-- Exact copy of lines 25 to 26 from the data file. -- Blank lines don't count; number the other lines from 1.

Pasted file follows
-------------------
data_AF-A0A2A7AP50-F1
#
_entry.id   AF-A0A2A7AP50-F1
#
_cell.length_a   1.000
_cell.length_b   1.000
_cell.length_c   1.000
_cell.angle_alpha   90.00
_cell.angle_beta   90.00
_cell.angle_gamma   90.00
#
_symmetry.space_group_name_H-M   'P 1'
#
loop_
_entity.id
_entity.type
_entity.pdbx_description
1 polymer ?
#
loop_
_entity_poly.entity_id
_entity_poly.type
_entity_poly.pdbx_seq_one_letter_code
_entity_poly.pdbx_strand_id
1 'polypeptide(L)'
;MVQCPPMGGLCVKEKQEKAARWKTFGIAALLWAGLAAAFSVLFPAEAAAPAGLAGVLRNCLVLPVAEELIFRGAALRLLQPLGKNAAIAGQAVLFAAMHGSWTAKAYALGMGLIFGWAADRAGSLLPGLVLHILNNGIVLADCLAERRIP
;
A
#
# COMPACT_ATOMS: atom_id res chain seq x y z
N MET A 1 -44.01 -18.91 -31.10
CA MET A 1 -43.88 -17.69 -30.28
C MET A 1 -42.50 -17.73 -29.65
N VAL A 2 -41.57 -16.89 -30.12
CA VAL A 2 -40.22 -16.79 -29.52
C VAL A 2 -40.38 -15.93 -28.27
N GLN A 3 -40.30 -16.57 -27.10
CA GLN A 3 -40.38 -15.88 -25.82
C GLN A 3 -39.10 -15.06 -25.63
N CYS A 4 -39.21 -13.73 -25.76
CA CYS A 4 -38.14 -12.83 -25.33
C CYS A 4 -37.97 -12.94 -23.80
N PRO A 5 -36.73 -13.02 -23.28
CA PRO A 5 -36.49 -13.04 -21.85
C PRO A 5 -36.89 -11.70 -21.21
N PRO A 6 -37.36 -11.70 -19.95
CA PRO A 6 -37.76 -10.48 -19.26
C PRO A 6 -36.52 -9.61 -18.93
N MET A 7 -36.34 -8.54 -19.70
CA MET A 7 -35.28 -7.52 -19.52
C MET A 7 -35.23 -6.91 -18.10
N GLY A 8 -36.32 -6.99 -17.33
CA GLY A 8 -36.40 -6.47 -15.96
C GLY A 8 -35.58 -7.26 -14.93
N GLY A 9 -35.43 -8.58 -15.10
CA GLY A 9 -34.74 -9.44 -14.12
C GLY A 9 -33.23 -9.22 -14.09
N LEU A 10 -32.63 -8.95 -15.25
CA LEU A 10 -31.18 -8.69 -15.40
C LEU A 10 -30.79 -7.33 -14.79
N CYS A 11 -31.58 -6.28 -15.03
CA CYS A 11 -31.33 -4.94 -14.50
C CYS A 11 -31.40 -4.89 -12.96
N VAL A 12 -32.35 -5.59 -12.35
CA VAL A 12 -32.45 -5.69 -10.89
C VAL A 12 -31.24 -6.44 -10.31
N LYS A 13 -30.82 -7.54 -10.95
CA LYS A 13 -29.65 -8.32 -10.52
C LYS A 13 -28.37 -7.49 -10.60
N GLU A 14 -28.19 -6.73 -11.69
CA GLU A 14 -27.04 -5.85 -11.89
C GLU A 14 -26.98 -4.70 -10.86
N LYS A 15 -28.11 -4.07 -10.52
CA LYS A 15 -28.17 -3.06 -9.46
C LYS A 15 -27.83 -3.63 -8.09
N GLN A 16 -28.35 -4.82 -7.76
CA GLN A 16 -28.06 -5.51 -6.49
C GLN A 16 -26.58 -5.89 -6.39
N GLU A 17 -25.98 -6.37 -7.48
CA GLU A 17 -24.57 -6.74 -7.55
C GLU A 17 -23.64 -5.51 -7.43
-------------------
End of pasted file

1 'polypeptide(L)'
;MVQCPPMGGLCVKEKQEKAARWKTFGIAALLWAGLAAAFSVLFPAEAAAPAGLAGVLRNCLVLPVAEELIFRGAALRLLQPLGKNAAIAGQAVLFAAMHGSWTAKAYALGMGLIFGWAADRAGSLLPGLVLHILNNGIVLADCLAERRIP